Mass casualty drill in Pedi ED keeps staff prepared for the unthinkable

Gregg Klaus, RN, manager, Trauma Program, and Kristen Clark, RN, assistant patient service manager, work on a "victim" who entered the Pedi ED with a "critical gunshot wound."
Gregg Klaus, RN, manager, Trauma Program, and Kristen Clark, RN, assistant patient service manager, work on a "victim" who entered the Pedi ED with a "critical gunshot wound."

Even before a gunman killed and injured moviegoers in an Aurora, Colorado movie theatre, the Pediatric Emergency Department and Emergency Management had been planning to stage a mass casualty drill that would test their preparedness for an emergency involving scores of young people.

"We hold drills regularly to test our preparedness and we learn from each one," said Donald MacMillan, PA, Emergency Management coordinator. "Each drill gives us the opportunity to see what works and what doesn't work so we can improve how we respond.

"Unfortunately, school shootings are no longer unthinkable in our country, so we have to be prepared for this type of event in the Children's Hospital," explained MacMillan.

Karen Santucci, MD, section chief, Pediatric Emergency Medicine, worked with MacMillan to create the life-like drill that included enlisting 17 students and four parents from her son's high school, St. Joseph's in Trumbull. Parents drove the students to the Dwight Orchard parking lot where hospital staff labeled them with their injuries which ranged from panic and asthma attacks to gunshot wounds to the head. "Real" ambulances transported the "injured" to the Children's Hospital where more than 50 staff members were preparing to care for them.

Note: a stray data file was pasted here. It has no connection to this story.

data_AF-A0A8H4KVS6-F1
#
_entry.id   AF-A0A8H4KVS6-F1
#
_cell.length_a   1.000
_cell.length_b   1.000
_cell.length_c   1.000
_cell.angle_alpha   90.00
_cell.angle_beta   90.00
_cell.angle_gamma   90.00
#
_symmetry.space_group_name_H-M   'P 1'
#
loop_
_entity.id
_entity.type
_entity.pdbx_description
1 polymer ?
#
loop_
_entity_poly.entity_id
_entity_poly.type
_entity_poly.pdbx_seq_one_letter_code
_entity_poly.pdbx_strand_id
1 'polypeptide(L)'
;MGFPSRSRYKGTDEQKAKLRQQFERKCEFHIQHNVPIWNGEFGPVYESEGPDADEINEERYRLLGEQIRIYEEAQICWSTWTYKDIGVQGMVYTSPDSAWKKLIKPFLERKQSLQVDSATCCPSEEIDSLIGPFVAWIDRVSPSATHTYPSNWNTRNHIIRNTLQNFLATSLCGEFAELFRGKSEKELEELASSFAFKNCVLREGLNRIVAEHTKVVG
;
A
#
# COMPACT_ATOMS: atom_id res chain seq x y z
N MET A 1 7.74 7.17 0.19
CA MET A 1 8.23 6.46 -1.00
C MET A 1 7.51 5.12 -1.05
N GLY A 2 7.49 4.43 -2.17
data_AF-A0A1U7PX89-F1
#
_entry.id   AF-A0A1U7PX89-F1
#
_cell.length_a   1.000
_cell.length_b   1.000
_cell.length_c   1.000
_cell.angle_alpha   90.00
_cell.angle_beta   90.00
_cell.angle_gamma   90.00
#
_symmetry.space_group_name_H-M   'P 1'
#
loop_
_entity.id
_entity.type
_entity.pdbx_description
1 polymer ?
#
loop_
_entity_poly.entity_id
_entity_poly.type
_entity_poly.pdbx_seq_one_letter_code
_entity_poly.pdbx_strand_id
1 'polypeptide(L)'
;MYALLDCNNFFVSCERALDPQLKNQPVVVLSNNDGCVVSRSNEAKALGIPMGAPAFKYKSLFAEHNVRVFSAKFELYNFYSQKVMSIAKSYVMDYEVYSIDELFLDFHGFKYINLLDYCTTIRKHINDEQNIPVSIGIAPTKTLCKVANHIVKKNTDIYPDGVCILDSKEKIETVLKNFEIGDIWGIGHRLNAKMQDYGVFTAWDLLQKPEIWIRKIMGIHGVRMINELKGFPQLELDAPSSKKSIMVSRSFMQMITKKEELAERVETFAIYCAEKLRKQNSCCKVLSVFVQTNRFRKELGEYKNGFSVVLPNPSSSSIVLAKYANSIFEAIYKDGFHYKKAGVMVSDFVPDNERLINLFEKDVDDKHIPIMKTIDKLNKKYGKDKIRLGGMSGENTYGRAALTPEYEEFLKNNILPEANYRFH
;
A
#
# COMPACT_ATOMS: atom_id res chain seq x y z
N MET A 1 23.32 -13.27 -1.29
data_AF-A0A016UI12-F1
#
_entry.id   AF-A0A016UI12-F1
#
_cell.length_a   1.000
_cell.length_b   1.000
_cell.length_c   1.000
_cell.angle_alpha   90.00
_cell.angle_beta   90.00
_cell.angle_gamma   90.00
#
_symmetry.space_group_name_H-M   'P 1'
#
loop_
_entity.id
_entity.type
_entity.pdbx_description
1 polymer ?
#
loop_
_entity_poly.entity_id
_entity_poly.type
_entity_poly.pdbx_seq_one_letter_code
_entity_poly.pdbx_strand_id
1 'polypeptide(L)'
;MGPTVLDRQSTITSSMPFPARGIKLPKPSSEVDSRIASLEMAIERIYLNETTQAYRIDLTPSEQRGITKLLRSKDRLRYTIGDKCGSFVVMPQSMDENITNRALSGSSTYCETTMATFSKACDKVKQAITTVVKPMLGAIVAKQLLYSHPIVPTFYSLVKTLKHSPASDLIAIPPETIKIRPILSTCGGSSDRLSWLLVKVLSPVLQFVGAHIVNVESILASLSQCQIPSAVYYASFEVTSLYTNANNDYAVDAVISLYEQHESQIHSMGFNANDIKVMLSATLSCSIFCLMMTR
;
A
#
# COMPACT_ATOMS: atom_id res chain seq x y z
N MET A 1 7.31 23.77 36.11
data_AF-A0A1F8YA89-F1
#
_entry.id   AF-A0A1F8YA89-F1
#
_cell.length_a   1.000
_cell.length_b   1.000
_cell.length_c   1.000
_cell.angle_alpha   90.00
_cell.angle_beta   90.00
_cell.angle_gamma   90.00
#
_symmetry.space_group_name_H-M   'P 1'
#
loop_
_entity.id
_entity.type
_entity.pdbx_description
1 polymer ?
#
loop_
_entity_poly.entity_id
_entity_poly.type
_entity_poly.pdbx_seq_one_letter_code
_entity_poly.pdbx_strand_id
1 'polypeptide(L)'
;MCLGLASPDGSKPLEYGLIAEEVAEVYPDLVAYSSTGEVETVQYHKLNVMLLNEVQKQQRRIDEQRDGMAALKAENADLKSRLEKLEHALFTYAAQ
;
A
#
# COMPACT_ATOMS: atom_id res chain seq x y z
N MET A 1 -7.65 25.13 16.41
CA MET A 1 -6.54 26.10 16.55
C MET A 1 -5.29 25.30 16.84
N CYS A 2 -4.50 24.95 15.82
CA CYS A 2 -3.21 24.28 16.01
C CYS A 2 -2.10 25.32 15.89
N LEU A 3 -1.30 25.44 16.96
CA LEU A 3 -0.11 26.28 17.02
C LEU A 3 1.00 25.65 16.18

"You don't associate a pediatric emergency room with this kind of trauma but it could happen and we have to be ready," said Dr. Santucci. "Realistic drills that pull in everyone from Protective Services to social work to clinical staff prepare all of us to work as a team to triage the injured and save lives when time is of the essence."

At the hospital, Protective Services officers checked the incoming students for weapons and initially separated parents from their children. This drill actually included a student who was labeled "gunman" and his explosive device was literally taken out to the parking lot of the Children's Hospital where the New Haven bomb squad pretended to disable it. Protective Services also closed down the entrance to the Pediatric ED, which is now standard procedure in this type of event.

"These students really added so much realism to the drill for the staff," said MacMillan, who noted that department heads will write a post-drill report on what needs to be improved, who will make the improvements and by what date. "While you hope and pray this never, ever happens at Yale-New Haven, we must be prepared so we can save young lives and minimize trauma."